The human hazard potential of B. amyloliquefaciens strain J1 is considered to be low for the following reasons:
- The biological properties and characteristics of strain J1 do not raise any human health concerns.
- No reports of infection or food poisoning related to B. amyloliquefaciens strains have been reported in the literature.
- Some strains of B. amyloliquefaciens can produce the toxin “amylosin” which has been shown to have immunological and cytotoxic effects (Rasimus-Sahari et al., 2015). It is not known if strain J1 has the capacity to produce this toxin. However, most literature reports associate effects from this toxin to strains of B. subtilis.
- Data available from several pathogenicity and toxicity tests perfomed in animals using other strains of B. amyloliquefaciens indicated no adverse effects on the animal models tested (reviewed in Environment Canada and Health Canada, 2015).
The environmental exposure potential of B. amyloliquefaciens strain J1 resulting from its use as a conditioner in the treatment of natural and decorative ponds is considered to be medium for the following reasons:
- Manufacturing of B. amyloliquefaciens strain J1 occurs under controlled conditions and the manufacturing process will not lead to significant environmental releases.
- The use of B. amyloliquefaciens strain J1 in ponds and aquariums is not expected to lead to any significant increased environmental exposures beyond those expected for animal and plant species exposed to naturally occurring B. amyloliquefaciens inhabiting these enivronments.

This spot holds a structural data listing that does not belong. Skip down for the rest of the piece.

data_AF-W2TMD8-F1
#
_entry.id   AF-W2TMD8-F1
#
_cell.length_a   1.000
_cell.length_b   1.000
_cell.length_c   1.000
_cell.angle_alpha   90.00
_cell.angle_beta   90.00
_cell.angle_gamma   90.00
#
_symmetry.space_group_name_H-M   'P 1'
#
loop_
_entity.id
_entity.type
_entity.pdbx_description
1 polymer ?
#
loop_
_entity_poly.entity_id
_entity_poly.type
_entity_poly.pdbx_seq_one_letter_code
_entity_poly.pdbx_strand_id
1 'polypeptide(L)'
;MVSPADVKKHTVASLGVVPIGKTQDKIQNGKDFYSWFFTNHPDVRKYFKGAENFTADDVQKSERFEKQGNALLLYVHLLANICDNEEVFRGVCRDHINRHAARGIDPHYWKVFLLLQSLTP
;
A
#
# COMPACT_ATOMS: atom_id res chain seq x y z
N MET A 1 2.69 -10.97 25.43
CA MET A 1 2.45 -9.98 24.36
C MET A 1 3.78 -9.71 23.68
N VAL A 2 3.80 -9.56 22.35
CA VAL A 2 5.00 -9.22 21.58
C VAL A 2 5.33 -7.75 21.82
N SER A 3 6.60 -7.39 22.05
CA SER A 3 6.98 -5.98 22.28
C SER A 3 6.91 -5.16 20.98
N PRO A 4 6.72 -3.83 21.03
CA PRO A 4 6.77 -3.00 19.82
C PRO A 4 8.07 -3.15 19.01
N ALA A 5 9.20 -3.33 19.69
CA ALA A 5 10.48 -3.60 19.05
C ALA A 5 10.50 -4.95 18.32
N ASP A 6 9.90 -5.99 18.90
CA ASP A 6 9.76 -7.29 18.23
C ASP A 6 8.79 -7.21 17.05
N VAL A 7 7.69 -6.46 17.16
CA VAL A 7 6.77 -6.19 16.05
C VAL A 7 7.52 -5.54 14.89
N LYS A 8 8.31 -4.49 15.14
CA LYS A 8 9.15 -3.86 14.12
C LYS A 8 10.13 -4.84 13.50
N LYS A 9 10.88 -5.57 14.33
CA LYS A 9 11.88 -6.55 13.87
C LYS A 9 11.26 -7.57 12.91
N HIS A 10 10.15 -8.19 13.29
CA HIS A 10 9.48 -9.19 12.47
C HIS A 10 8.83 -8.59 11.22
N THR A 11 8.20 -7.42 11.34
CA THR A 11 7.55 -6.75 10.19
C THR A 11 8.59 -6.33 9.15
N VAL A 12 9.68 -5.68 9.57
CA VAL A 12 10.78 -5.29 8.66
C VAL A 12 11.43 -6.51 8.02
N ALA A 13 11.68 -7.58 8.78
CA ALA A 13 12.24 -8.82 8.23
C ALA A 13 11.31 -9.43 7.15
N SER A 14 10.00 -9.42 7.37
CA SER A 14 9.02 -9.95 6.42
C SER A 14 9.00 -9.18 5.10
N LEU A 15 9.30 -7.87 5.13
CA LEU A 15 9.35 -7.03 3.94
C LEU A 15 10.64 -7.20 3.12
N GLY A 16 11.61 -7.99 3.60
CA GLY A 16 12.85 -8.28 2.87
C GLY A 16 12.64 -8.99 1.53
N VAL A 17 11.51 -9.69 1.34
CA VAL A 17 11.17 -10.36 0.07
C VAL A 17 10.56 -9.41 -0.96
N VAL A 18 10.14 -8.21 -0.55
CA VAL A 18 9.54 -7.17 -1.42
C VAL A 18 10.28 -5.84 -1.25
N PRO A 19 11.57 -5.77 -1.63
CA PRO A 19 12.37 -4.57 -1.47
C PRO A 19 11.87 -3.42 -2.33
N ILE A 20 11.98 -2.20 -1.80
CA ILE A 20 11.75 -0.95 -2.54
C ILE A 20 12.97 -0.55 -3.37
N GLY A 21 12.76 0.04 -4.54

- Experiments conducted by the manufacturer indicate that the population of the introduced strain J1 in aquatic environments decreases over time.
- In natural environments, it is expected that B. amyloliquefaciens strain J1 will not have a competitive advantage over other naturally occurring micro-organisms in soil or water.
- Like other Bacillus species, B. amyloliquefaciens strain J1 is capable of forming endospores (a thick-walled resting spore). Therefore it has the potential to persist in the environment (Grossman and Losick, 1988; Kramer and Gilbert, 1989).
- Other potential uses of B. amyloliquefaciens strain J1 include those reported for other strains of B. amyloliquefaciens. These include manufacture of biofilms and cleaning products as well as biological treatment of municipal wastewater. These potential uses could increase environmental exposure to strain J1.
The human exposure potential of B. amyloliquefaciens strain J1 is considered to be medium for the following reasons:
- B. amyloliquefaciens strain J1 will be used as a conditioner in natural and decorative ponds, as well as in aquariums. It is estimated that each year approximately 1,000 to 2,000 Canadians may be exposed to strain J1 as a result of these applications, mostly through skin contact. When administered outdoors, wind dispersal may also lead to some inhalation exposure.
- Other potential uses of strain J1, such as in the production of biofilms (to displace undesirable microorganisms) or use in a wastewater treatment system, is not expected to increase exposure above that expected for the proposed use.
Risk assessment conclusion
Risk is typically described as the probability of an adverse effect occurring based on hazards and a particular scenario of exposure (Environment Canada and Health Canada, 2011). Different exposure scenarios can be described based on intended and any potential uses. In the present case, the micro-organism will be used as a conditioner in the treatment of natural and decorative ponds or could be potentially used in biofilm production or in wastewater treatment systems.